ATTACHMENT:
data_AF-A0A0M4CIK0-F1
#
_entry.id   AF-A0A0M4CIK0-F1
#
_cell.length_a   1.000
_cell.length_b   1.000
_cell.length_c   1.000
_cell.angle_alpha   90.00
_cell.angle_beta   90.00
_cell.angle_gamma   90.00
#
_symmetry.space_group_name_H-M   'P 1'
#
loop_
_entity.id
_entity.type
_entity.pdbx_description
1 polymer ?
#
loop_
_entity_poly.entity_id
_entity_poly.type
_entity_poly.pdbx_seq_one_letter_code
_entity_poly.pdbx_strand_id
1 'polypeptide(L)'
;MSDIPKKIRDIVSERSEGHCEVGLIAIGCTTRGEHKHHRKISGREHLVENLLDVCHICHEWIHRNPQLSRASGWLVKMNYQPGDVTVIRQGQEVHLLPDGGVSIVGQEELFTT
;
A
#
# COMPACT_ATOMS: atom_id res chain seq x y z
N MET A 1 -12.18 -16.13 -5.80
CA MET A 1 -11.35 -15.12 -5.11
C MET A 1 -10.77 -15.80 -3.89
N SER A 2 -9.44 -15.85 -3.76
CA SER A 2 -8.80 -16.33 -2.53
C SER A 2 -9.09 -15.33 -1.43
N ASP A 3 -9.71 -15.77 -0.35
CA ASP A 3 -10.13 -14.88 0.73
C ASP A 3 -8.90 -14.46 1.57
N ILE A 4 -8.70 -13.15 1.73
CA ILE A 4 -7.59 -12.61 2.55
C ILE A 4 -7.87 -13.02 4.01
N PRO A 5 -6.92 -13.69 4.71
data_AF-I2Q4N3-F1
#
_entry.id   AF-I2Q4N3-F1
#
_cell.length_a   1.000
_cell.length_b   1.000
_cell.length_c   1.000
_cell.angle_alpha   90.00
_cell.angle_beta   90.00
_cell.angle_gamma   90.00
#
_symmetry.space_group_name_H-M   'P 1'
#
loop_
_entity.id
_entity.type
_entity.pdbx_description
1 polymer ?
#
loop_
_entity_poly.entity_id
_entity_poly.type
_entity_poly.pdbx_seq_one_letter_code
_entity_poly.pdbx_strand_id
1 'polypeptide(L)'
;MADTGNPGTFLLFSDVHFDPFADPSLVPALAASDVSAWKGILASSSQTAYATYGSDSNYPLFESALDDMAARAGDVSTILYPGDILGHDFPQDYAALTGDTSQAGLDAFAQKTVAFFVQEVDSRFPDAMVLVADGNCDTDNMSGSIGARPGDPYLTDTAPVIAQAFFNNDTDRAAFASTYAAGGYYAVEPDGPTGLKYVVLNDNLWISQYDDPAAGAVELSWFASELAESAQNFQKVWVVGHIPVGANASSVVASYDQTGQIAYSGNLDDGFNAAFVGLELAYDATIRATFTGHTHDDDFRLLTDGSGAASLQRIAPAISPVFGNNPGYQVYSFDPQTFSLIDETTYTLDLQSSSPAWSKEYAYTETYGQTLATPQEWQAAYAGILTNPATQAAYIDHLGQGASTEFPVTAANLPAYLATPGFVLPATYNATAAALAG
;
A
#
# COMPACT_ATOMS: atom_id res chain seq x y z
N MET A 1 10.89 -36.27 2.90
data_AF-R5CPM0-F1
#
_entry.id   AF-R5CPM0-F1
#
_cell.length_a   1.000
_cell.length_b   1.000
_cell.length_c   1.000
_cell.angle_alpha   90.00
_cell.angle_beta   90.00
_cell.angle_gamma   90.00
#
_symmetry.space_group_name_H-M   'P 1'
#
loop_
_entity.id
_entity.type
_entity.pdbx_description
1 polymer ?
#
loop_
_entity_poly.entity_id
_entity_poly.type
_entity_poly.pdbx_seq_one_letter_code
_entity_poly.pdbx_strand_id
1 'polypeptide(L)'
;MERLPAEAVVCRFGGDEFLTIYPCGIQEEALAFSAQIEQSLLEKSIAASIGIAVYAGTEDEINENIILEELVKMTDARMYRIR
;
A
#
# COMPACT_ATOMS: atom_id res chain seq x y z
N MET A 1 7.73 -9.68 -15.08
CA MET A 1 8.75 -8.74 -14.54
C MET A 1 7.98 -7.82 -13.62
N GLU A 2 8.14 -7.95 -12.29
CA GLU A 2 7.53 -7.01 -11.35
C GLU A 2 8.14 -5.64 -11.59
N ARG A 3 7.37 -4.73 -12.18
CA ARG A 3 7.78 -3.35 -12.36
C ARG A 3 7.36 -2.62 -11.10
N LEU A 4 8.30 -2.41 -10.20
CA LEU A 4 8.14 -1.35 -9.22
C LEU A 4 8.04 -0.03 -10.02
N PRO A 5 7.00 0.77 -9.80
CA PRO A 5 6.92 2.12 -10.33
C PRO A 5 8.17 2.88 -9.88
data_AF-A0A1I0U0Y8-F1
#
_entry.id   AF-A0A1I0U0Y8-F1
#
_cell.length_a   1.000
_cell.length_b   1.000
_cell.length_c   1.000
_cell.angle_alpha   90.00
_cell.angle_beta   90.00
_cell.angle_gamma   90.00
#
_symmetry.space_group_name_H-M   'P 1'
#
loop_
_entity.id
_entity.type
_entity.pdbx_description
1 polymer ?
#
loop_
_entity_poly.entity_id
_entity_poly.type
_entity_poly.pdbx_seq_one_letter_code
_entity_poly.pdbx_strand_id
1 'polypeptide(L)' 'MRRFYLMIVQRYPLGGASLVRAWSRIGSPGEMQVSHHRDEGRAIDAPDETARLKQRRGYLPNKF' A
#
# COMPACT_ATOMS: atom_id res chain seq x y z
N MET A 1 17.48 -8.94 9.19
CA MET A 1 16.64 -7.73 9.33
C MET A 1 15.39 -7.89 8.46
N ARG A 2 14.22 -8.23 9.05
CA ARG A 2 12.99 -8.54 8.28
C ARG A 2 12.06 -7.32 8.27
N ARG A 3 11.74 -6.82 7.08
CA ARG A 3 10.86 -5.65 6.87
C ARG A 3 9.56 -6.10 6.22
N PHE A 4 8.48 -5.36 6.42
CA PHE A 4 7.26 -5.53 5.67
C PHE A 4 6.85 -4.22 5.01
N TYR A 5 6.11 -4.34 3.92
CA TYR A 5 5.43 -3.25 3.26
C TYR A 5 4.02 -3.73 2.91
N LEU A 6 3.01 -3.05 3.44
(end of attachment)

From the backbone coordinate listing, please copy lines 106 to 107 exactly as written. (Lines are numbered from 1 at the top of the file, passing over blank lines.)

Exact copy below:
CA MET A 1 8.75 -8.74 -14.54
C MET A 1 7.98 -7.82 -13.62